Financial markets in Turkey have experienced a fresh period of turmoil, putting the country’s recovery from recession at risk and raising questions over the health of emerging markets as the world economy slows.
President Recep Tayyip Erdoğan’s government heaped pressure on Turkey’s banks on Wednesday to stop them lending the lira to overseas financial institutions, in a move that triggered the cost of offshore borrowing in the Turkish currency to surge by more than 1,000% overnight.
Turkey’s main index of leading company shares, the Borsa Istanbul 100, closed down 5.7% in the biggest daily drop since July 2016, as analysts warned that some investors had opted to sell local stocks instead of betting on the currency.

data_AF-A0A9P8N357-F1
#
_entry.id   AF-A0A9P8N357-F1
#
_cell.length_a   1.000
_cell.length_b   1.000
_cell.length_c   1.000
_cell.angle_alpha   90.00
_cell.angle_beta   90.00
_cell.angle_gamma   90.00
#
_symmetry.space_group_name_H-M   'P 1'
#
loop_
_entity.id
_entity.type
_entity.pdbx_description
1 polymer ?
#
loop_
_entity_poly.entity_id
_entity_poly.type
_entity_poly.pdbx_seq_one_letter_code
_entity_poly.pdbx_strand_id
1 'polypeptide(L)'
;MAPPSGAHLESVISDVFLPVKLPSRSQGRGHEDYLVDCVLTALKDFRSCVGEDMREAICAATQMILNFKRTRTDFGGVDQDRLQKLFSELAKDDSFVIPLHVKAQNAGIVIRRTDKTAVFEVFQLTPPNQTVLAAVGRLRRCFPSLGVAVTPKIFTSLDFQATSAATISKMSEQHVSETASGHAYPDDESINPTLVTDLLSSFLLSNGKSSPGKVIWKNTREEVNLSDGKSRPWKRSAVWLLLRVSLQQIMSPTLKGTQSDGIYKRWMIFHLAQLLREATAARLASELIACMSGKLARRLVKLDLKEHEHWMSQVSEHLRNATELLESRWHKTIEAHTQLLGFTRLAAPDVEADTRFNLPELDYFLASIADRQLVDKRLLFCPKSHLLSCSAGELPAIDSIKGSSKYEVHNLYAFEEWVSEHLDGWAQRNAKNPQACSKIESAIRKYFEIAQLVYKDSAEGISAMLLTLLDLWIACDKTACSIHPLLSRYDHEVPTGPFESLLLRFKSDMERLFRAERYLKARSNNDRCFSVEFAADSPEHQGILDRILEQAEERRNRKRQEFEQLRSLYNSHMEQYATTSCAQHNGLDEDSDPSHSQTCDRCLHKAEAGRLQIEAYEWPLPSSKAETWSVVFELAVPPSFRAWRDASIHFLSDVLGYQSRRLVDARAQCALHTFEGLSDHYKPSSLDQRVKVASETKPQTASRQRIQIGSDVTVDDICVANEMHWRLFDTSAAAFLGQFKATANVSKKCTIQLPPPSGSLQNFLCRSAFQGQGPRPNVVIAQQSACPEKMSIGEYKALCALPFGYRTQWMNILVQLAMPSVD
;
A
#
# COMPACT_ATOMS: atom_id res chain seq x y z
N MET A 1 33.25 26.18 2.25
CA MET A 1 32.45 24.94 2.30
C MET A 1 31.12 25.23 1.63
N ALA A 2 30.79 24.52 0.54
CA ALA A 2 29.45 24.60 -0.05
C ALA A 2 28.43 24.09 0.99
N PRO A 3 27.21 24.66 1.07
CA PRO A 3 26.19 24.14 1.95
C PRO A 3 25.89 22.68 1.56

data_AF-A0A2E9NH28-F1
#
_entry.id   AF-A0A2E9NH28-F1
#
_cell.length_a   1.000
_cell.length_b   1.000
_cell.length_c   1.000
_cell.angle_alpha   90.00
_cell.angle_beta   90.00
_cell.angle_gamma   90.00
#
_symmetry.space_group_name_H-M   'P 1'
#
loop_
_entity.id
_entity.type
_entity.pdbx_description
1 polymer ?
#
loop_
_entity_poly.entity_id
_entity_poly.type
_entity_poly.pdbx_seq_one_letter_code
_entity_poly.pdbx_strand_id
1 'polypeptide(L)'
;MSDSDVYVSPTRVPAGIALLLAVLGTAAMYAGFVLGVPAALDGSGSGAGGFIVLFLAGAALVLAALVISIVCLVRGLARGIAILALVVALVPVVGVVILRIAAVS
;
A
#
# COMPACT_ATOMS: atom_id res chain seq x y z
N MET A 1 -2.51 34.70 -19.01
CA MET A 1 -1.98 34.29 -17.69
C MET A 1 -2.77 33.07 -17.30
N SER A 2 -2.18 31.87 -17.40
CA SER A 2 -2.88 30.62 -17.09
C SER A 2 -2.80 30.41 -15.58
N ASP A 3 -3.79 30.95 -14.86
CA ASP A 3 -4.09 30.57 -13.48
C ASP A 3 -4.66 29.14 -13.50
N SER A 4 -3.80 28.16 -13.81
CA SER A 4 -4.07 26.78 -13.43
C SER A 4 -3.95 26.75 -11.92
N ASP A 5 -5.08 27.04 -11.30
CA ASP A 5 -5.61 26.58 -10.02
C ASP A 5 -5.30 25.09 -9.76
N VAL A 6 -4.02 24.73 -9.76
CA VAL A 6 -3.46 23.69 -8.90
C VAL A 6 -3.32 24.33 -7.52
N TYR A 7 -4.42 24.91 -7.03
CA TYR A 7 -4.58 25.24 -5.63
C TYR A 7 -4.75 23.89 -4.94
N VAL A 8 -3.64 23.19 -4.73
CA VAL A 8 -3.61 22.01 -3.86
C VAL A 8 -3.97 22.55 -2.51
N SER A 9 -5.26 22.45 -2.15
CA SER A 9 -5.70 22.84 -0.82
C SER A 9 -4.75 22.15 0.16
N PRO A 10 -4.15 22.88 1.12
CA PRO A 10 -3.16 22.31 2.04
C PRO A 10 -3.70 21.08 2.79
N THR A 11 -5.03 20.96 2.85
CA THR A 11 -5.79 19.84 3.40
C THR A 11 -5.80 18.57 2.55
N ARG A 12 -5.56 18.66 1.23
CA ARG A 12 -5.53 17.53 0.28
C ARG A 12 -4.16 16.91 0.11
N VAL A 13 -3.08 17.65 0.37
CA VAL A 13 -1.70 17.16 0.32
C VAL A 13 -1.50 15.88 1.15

In a reflection of the mounting risks, Turkish bond yields rose on Wednesday, while credit default swaps – a form of insurance for investors against bond defaults – hit a level 100 basis points higher than the start of the week.
The currency lost another 1% in early trade in Asia on Thursday with heavier losses prevented by continued stringent controls on liquidity by Turkey’s central bank.
William Jackson, the chief emerging markets economist at the consultancy Capital Economics, said: “The scale of the tightening of financial conditions is similar to that during the 2011-12 eurozone debt crisis.”
via The Guardian
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